The dramatic change in ion selectivity from substitutions at the first hydrophobic residue of the pore (I62R in KpBest and I76E in hBest1) suggests a particularly critical role for this position. Interestingly, the expression level of I62R in E. coli was much lower compared with that of WT KpBest (about 1/14) (fig. S7), suggesting that I62 is important for the expression or assembly of the channel. Consistent with this idea, mutating the equivalent mBest2 I76 to C/L/V resulted in no currents (26). Surprisingly, the simple swapping of the central hydrophobic pore residues (KpBest I66 and hBest1 F80) significantly altered ion selectivity without affecting expression levels. The hydrophobic character of the five-helix transmembrane pore of bestrophins is reminiscent of that in the SLAC1 channel (29), where the anion selectivity series, like that observed for mBest2 (24, 25) and also for TMEM16A (30, 31), is inversely related to the hydration energy of monovalent anions (32).

The second restriction in the permeation pathway of KpBest, at the base of the cytoplasmic cavity where I180 residues interact (Fig. 2C), suggests a possible permeation gate. To test this idea, we replaced the bulky isoleucine with alanine and tested the purified I180A mutant channels in bilayer experiments. Indeed, I180A channels conducted unitary currents with the same amplitude as for WT (fig. S3A); however, the open probability was markedly enhanced (Figs. 3, H and I, and fig. S3B). Substituting I180 on KpBest with R, which has a longer side chain than A, yielded mutant channels that still conducted Na+ (Fig. 3E) with a low open probability similar to WT KpBest. To determine whether the equivalent residue in hBest1 also acts as an activation gate, the comparable I205A/E mutants were generated and subjected to a whole-cell voltage clamp. Phenocopying their respective KpBest counterparts, hBest I205A displayed significantly larger currents compared with WT and lost inward rectification, indicating a change in channel gating (Fig. 3, J and K), whereas I205E barely affected channel ion selectivity (PNa/PCl = 0.06) (Fig. 3G). Thus, the gate predicted by our KpBest model (KpBest I180 and hBest1 I205) controls gating of the channels but not selectivity. Notably, hBest1 I205T is a disease-causing mutation with significantly decreased Cl conductance (6), reinforcing the functional importance of I205.

To understand characteristics of hBest1, including the disposition of disease-causing mutations, we generated a homology model for its transmembrane portion based on the KpBest structure (Fig. 4). Consistent with the anion selectivity, the transmembrane pore and the lower restriction of hBest1 are both positively charged (Fig. 4A), contrasting with the negative interior of the KpBest permeation pathway. The conservation pattern among eukaryotic bestrophins (Fig. 4B) is roughly similar to that of prokaryotic relatives (Fig. 2B), although the cytoplasmic exterior is less variable. Disease-causing mutations in hBest1 are abundant (www-huge.uni-regensburg.de/BEST1_database/home.php?select_db=BEST1) and have been clustered into hot spots in the sequence (fig. S1) (8, 33). When plotted onto the three-dimensional (3D) model (Fig. 4C and fig. S8B), the hot spots segregate into a cavity-lining set from hot spot 2 along α2 and a juxtamembrane set from hot spots 3 and 4 at the top of α7 and at the α9-α10 carboxylate loop, which is even more negative in hBest1 (fig. S8A) than in KpBest (Fig. 1D). The carboxylate loop could conceivably play a role in regulation by Ca2+. Hot spot 1 is along the N-terminal segment that is disordered in KpBest, but presumably it too would be alongside other hot spots in the juxtamembrane region in hBest1.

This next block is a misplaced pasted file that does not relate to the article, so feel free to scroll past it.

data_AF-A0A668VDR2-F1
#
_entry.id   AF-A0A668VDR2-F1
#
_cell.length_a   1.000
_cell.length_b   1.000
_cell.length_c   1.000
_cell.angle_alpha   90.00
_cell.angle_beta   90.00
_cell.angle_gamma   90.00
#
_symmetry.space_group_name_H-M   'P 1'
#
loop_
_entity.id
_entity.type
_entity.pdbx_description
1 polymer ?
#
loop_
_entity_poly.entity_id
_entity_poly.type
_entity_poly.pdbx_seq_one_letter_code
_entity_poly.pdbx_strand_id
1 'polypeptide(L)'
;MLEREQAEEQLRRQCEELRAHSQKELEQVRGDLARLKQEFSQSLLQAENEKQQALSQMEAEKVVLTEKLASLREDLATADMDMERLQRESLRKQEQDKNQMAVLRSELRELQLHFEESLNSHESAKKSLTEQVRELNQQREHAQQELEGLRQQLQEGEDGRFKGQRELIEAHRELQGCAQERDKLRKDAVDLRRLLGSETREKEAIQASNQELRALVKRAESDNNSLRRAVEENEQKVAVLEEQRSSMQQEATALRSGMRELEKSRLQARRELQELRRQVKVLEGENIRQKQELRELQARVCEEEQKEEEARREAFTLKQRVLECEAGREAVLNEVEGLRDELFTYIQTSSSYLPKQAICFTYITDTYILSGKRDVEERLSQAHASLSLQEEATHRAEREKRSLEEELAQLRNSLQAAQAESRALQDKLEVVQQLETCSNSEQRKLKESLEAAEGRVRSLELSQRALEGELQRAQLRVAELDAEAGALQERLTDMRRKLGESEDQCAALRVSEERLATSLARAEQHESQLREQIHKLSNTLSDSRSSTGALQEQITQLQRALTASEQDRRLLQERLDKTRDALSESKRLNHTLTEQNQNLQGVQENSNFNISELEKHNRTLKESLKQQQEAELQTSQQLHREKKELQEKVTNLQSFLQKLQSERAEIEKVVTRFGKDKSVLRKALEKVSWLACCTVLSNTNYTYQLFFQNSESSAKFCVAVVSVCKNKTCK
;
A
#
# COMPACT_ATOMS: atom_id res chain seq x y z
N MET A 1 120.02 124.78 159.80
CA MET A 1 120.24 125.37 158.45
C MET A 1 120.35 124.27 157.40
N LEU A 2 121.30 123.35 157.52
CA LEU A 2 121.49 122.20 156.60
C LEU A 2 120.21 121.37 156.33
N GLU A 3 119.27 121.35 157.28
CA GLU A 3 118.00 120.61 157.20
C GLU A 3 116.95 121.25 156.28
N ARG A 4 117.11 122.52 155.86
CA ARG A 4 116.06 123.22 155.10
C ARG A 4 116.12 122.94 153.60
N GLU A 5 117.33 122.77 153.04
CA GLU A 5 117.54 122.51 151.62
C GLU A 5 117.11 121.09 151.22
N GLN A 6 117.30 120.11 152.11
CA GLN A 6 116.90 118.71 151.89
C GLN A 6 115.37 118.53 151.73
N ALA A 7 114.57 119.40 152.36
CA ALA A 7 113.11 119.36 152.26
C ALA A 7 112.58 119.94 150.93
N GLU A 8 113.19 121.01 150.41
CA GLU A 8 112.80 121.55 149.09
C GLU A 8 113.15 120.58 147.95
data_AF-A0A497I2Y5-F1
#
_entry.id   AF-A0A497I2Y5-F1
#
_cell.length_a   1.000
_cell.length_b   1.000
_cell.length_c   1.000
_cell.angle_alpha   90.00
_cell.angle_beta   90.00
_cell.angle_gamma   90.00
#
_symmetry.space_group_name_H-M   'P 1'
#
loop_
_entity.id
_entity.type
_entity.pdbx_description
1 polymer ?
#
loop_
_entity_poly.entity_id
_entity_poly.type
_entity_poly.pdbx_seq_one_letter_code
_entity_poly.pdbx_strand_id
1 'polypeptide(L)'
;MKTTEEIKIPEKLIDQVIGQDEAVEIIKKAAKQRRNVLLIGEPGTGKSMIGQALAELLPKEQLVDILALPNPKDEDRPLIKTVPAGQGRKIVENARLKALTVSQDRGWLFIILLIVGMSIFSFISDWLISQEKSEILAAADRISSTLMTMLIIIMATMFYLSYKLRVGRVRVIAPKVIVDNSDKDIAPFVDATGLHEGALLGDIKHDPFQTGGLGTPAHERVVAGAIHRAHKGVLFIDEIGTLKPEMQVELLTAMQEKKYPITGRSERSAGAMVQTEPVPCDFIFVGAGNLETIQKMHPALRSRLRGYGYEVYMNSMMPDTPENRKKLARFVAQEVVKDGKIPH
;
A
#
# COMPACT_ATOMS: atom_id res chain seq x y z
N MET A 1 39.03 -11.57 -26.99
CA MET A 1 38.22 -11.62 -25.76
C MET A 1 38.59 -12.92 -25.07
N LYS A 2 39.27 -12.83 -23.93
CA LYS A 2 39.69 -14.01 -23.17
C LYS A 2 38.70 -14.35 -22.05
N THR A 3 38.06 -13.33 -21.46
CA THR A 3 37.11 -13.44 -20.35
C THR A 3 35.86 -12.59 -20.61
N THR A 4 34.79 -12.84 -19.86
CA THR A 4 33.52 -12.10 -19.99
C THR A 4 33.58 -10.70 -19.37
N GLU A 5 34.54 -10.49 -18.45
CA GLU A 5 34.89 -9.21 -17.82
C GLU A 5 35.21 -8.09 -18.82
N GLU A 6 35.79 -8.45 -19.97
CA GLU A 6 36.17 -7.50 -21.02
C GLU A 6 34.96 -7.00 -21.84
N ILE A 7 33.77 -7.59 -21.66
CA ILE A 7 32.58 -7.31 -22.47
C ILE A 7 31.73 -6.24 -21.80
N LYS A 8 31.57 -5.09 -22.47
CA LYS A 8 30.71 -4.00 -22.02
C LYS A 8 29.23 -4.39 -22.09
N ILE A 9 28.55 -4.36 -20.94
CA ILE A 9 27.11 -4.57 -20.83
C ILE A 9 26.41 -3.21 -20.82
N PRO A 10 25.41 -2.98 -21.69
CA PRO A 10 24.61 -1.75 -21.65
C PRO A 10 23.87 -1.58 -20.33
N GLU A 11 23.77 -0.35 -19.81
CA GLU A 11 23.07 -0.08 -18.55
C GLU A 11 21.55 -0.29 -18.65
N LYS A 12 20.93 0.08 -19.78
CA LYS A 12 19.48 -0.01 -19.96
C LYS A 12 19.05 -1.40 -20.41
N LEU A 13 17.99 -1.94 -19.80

Fig. 4 Homology model of hBest1.

(A) (Top) Electrostatic potential at the extracellular surface of the hBest1 homology model. Viewed and drawn as for Fig. 1C. (Bottom) Cross section through the homology model of hBest1. Viewed and drawn as for Fig. 2A, except that the cut surface is plain gray. (B) (Top) Top view as in (A), but colored by surface conservation. Turquoise marks the most variable positions, and maroon marks those most conserved. This calculation used 150 homologs with 95% maximal and 35% minimal sequence identities compared with hBest1. (Bottom) Cross section viewed and drawn as in Fig. 2B but having a plain gray cut surface. (C) Ribbon diagram of a protomer from the hBest1 homology pentamer. The Cα positions of residues that are sites of disease-causing point mutations are marked in red.

In summary, our structure of the bacterial homolog KpBest provides a solid basis for understanding human bestrophin activity and disease-causing mutations, and physiological tests on KpBest and hBest1 provide insights into the control of ion selectivity and activation in bestrophins generally.

Supplementary Materials

www.sciencemag.org/content/346/6207/355/suppl/DC1

Materials and Methods

Figs. S1 to S8

Table S1 and S2

References (3444)

References and Notes

  1. Acknowledgments: We thank O. Clarke for help in the diffraction analysis; A. Marks for use of planar lipid instrumentation; W. Xie for help in planar lipid experiments; Q. Fan, Y. Geng, and members of the Hendrickson laboratory for discussions; and J. Schwanof and R. Abramowitz at National Synchrotron Light Source (NSLS) beamlines X4A and X4C and F. Murphy at the Advanced Photon Source beamline 24-ID-E for their assistance in data collection. This work was supported in part by NIH grants GM095315 and GM107462 to W.A.H. X4 beamlines are supported by the New York Structural Biology Center at the NSLS of Brookhaven National Laboratory, a Department of Energy facility. The data reported in this paper are tabulated in the supplementary materials and deposited to the Protein Data Bank with access codes listed in table S2. Author contributions: T.Y. and W.A.H. designed research, analyzed data, and wrote the paper; T.Y. performed experiments; Q.L. analyzed diffraction data; B.K., R.C.K., and R.B. performed expression tests; Y.G. advised on protein production and analyzed diffraction data; E.K. and B.R. performed bioinformatics analyses; and H.M.C. designed and analyzed electrophysiology experiments. The authors declare no conflicts of interest.